Celebrity fame and productivity

I’ve got one of these. But if I were also a famous celebrity, this is what would happen. You’d hear about me a lot on the news and each time I would’ve got a new book out. Or my shocking scurrilous sordid squid sex secret has been revealed. (Delete depending on what celebrity news outlet you read.)

My personal life aside – we’re all adults here, I don’t judge you, you don’t judge me or at least don’t judge me until you’ve tried it – I think that there is something interesting and something that gets forgotten. These people you see relaxing on the BBC Breakfast couch talking about yet another book, yet another success, they have two things going on that they don’t really talk about and that they are not really asked about either.

First, they need that publicity. I don’t mean that they crave it within their souls or that their lifeforce depends upon adulation, I mean that without you hearing about their book, the book doesn’t sell. They want to eat, sure, but they probably also want to keep on writing books and they need us, they need some floodlights put on their faces.

But the second thing is ridiculous. We listen to journalists asking people about their new book and yet we don’t really, consciously think: “They’ve written a new book”. Obviously they have but we tend to think more that it’s “They’ve got a new book out”. That’s subtly different and I think it misleads us.

To get on the telly talking about a book, you have to write the book.

We see celebrities relaxing, talking happily at events and in interviews, but they solely got there because they did the work. It’s back-breaking work but they have broken their backs and done it.

And tomorrow they’re off doing it again.

I’m not fussed about fame and celebrity, I am very fussed about getting enough sales that I can keep writing books. Do the work. Be productive. And you will produce things.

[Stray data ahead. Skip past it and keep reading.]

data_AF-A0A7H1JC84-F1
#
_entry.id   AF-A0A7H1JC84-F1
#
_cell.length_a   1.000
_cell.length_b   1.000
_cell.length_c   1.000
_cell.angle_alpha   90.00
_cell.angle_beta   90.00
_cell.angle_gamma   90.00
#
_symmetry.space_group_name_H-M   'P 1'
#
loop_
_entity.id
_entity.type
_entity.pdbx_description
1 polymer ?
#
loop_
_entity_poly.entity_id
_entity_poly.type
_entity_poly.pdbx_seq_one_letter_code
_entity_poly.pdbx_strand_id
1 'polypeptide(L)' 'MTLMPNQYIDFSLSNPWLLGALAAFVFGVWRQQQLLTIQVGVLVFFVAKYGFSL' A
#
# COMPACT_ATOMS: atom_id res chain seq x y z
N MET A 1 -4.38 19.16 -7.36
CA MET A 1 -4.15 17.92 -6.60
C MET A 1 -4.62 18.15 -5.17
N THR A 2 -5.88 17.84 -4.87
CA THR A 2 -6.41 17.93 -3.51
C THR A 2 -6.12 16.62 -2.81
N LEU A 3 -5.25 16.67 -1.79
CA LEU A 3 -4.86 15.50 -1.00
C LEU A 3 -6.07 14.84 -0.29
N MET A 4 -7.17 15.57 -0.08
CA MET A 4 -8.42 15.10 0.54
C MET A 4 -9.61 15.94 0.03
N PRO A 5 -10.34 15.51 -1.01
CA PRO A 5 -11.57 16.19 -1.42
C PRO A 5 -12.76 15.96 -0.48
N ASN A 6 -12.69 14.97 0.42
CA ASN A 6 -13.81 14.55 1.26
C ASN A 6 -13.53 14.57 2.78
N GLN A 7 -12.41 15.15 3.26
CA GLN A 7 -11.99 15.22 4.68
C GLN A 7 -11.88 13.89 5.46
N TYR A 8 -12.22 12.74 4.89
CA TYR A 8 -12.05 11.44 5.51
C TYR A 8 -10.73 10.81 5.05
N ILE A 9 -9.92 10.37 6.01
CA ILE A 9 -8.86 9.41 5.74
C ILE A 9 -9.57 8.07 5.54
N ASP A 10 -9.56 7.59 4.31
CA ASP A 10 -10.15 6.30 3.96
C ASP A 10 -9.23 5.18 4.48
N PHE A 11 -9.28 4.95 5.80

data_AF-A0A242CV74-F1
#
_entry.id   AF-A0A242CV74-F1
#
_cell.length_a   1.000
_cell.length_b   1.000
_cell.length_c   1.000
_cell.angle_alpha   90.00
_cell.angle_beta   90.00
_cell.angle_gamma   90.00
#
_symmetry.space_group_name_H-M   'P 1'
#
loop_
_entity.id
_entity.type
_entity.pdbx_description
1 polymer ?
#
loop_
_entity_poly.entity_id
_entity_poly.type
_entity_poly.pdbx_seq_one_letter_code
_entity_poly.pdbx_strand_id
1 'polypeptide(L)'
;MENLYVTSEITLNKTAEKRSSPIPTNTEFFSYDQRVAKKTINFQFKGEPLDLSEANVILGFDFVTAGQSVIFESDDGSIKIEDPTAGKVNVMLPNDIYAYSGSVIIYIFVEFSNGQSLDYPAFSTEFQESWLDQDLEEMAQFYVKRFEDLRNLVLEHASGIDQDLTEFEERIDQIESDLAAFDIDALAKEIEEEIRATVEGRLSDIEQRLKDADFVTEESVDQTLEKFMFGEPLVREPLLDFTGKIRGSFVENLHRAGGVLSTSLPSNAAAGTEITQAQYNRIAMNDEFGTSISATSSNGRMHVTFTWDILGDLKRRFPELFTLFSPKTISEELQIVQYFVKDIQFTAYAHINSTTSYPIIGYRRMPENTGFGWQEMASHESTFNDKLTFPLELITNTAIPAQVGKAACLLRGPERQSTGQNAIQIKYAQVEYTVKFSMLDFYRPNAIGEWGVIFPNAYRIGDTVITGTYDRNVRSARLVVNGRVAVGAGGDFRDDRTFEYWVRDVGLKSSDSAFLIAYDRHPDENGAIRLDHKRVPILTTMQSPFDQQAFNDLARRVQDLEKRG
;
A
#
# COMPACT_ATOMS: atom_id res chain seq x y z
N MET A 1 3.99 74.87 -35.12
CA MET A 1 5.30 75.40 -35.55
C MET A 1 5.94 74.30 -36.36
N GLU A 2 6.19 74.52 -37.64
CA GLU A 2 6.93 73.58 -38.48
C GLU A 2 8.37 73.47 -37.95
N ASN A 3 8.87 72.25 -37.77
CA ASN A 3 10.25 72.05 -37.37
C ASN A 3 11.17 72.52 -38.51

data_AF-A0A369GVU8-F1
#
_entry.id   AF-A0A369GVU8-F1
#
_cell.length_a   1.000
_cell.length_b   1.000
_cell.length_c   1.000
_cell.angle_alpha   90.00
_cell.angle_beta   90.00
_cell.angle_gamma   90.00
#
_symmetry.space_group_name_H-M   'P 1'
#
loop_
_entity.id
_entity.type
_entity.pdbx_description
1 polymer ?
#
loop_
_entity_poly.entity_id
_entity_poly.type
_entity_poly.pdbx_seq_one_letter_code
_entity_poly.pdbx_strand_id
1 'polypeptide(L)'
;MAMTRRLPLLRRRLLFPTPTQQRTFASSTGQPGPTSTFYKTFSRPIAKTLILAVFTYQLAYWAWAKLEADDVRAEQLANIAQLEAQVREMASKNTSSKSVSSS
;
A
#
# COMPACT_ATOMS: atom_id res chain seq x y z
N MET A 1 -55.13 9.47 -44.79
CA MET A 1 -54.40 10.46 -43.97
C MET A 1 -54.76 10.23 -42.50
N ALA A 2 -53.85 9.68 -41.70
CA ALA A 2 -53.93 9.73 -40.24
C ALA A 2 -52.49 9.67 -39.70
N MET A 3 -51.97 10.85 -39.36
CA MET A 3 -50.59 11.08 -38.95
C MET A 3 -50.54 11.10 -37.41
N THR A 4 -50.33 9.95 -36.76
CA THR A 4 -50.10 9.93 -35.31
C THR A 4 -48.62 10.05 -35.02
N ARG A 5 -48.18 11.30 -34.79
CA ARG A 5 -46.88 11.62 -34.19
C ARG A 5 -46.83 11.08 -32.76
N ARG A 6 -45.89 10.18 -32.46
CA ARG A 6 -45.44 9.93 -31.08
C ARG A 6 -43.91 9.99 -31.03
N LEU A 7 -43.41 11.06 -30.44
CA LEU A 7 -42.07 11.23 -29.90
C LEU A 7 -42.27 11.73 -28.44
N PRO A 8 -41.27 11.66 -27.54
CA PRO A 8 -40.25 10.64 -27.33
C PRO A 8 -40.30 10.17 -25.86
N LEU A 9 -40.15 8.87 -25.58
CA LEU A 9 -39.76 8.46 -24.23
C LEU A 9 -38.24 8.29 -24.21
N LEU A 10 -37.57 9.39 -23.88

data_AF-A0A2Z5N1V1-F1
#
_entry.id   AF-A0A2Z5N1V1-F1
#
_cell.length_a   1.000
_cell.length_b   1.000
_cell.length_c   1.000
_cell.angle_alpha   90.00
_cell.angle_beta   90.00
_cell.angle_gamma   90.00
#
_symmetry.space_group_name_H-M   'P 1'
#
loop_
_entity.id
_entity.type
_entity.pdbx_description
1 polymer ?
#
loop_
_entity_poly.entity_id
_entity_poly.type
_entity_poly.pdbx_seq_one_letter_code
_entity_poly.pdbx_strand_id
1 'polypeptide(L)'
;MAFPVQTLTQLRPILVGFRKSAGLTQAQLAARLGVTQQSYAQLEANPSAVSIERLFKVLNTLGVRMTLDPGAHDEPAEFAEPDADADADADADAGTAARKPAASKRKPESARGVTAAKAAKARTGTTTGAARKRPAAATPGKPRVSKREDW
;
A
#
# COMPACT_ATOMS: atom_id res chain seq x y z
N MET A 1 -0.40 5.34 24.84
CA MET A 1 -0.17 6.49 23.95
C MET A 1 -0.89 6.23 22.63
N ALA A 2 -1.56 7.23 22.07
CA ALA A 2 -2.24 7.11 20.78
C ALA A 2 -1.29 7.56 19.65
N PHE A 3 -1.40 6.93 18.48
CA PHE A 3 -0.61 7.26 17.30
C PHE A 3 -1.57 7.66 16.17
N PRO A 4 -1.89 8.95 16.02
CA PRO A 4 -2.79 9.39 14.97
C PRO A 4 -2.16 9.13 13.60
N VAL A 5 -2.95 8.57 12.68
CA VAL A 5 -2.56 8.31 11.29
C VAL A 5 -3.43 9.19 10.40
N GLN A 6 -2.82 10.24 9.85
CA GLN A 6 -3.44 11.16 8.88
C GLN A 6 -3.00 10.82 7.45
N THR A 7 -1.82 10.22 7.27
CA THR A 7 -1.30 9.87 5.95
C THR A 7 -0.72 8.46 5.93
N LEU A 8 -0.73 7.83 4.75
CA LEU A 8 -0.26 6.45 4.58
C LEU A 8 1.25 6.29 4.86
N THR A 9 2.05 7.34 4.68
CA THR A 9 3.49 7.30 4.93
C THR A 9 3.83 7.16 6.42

I have no idea whether that will get you on the telly but I know that you don’t get on if you haven’t done the work.

Stop making these mistakes at work

I work for myself so day to day I don’t have the regular office shenanigans but I’ve been there and I recognise this advice from Fast Company:

You show up to the office on time, you’ve never missed a project deadline, and you always refill the coffee pot when you’re done.

What could you possibly be doing wrong?

You’re Probably Making These Five Mistakes at Work – Cheryl Lock, Fast Company (8 July 2014)

The mistakes include not asking for feedback except at your annual review – oh, my lights, how I loathed annual reviews. Wow. Flashback. My very first annual review at a company ended with me fighting over every tick box on the form. I couldn’t see why I was being marked down for things I knew I’d done better and it turned out to be an early form of the stack ranking that truly idiotic firms used. (Microsoft used it, then abandoned it. Staff have to be graded as something like above expectations, on expectations, below expectations and it has no connection to how they actually do. Get a team of three dedicated, passionate geniuses and one of them is going to be in trouble because of that system.

With me back then, my boss got progressively more annoyed that I was arguing and how the session was taking hours longer than he expected. I think now and I thought then: tough shit. Eventually he told me that he couldn’t promote everyone, so I wasn’t getting a promotion.

It looked then as though he’d picked me because I wasn’t the sort to complain. But of course I fought and while it took me a long time to get out of that firm, I stopped working that day. He lost a worker who had been exceeding expectations and gained one who did 9-5 for the first time in his career.

So while I’m surprised at the level of passion this memory has brought back – I’m struggling to remember his name, that’s going to bug me – I suppose I’m really saying that bosses can be arses too. And that what goes on in an office is magnified. I’ve forgotten the man but I’ve not forgotten the review and even on the strange contracts I had with the BBC I would have an annual appraisal and I’d go in ready to defend myself.

I want you know now that I never got a review again that wasn’t superb. But the bad one stays. It’s like public speaking; I died at one event and cannot forget it.

But where were we? Fast Company’s list of mistakes you may be making at work – and fortunately how to deal with them all. It’s a good read, I hope it doesn’t bring back bad memories for you too.